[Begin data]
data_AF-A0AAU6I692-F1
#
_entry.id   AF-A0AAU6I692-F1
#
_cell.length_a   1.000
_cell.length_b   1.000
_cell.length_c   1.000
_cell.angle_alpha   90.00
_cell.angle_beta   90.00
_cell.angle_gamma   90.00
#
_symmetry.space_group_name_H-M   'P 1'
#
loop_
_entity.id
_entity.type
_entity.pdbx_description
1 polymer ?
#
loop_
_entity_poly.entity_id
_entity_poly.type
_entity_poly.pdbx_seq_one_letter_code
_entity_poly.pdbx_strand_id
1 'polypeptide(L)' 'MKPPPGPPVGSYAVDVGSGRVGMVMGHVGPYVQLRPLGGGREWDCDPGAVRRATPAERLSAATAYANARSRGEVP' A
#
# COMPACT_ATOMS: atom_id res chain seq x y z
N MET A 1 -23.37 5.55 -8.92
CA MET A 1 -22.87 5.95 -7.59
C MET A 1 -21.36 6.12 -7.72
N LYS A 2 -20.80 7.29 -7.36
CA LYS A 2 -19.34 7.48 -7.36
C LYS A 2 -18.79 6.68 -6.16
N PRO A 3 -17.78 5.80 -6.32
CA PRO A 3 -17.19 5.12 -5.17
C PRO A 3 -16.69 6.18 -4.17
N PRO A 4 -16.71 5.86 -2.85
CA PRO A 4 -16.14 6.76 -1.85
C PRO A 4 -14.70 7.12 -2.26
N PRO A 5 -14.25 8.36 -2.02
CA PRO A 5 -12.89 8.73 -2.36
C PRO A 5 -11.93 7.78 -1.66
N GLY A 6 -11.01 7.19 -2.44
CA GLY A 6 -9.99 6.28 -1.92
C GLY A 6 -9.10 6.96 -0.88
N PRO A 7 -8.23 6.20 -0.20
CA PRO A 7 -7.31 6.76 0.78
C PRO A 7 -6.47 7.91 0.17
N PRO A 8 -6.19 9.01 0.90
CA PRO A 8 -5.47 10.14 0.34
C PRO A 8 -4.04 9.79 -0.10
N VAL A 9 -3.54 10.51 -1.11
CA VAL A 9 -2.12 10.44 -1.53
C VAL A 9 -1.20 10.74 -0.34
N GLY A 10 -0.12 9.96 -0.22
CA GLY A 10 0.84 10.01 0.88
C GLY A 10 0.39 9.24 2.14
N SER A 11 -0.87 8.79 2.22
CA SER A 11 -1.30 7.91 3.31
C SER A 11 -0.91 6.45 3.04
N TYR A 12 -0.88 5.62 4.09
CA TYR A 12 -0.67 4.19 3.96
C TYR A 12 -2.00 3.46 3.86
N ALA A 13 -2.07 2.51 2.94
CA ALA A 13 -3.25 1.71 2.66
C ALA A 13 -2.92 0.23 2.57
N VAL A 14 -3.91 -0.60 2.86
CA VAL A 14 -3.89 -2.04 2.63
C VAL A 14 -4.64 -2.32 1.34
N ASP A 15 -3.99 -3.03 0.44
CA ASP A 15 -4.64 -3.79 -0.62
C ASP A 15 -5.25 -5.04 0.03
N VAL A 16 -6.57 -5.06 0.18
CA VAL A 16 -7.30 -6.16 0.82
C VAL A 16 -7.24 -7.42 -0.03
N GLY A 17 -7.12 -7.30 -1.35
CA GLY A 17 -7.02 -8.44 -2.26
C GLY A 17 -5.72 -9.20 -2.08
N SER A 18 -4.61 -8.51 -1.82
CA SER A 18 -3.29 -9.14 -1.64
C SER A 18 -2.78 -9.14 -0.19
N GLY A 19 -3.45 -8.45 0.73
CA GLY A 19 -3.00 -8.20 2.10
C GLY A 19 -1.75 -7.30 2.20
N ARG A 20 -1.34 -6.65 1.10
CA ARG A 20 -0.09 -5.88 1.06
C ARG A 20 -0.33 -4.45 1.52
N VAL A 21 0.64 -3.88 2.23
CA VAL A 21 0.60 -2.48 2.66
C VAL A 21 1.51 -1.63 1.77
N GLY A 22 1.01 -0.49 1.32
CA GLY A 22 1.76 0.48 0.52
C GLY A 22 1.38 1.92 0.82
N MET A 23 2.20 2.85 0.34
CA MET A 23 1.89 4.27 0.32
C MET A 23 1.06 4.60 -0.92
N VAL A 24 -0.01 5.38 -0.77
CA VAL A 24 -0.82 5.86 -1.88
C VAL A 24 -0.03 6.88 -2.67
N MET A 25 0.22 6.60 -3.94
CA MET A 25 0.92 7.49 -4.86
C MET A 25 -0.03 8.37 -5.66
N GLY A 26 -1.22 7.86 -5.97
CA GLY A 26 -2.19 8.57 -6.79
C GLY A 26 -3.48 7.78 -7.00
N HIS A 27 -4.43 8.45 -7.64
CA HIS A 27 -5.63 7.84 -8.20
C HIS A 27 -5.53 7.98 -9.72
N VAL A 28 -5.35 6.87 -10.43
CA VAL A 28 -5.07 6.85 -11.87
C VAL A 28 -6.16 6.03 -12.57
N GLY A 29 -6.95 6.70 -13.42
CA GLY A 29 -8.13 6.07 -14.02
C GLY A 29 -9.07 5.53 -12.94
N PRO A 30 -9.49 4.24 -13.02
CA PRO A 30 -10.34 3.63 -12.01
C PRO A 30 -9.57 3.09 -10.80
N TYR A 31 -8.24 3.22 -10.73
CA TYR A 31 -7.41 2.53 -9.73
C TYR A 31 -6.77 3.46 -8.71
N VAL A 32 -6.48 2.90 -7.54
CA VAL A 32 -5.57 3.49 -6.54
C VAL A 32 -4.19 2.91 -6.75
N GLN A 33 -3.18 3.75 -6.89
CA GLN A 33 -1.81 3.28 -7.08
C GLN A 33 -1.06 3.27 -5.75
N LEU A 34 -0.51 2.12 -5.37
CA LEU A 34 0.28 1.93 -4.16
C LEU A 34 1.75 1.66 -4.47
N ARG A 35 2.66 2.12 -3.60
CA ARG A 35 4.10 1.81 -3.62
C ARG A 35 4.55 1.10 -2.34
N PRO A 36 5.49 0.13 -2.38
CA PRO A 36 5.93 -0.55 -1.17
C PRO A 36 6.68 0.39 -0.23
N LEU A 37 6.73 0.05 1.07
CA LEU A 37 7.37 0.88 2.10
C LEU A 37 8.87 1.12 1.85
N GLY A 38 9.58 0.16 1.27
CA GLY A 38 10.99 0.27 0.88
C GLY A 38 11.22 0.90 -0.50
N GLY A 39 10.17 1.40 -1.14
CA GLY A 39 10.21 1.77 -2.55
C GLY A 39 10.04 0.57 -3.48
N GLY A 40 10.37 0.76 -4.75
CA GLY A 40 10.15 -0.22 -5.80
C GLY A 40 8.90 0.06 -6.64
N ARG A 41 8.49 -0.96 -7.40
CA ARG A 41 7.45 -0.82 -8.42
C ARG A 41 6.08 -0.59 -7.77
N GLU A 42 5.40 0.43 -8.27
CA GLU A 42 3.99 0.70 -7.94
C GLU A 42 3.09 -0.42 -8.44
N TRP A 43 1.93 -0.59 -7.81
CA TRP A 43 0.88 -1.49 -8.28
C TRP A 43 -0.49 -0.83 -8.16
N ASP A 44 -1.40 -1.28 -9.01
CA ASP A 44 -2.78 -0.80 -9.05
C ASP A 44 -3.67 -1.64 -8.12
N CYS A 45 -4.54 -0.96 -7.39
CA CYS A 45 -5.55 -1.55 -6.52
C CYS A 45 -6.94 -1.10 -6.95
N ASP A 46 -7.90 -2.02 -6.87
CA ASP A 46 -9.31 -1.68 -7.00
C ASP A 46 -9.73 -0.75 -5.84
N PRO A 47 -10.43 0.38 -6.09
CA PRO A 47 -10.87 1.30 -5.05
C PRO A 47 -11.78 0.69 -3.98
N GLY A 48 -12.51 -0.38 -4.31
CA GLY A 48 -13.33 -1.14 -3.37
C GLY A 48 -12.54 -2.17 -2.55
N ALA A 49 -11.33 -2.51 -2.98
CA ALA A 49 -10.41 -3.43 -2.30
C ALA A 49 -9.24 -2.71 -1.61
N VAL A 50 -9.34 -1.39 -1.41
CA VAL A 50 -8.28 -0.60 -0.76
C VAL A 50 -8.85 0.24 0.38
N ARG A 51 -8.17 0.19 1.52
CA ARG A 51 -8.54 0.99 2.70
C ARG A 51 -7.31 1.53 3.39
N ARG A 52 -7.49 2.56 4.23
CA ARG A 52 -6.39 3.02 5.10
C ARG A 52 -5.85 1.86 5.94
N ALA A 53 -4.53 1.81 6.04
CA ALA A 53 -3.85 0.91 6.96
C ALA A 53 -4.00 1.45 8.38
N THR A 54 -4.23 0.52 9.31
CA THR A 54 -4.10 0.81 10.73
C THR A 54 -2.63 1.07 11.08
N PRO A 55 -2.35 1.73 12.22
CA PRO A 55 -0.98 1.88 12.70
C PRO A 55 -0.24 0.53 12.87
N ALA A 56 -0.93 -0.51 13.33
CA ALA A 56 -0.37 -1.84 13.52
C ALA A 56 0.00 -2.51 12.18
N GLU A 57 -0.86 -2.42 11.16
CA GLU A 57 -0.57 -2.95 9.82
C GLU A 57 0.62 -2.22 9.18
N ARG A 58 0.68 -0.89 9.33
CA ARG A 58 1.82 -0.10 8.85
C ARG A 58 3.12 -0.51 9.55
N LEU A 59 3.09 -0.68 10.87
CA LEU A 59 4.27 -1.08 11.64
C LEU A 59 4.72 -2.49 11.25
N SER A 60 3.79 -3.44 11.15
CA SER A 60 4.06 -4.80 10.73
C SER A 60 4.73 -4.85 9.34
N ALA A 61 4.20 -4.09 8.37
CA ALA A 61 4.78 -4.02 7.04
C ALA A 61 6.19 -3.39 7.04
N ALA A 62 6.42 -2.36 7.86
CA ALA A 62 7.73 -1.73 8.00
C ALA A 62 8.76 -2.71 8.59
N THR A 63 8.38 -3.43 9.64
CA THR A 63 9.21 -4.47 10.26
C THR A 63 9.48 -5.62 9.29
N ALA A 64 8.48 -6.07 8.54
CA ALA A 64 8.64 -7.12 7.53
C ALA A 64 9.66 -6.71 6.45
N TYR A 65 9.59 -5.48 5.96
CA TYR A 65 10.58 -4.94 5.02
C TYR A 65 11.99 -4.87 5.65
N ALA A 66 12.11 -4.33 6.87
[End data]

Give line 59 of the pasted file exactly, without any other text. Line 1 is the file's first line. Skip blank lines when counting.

CA SER A 11 -1.30 7.91 3.31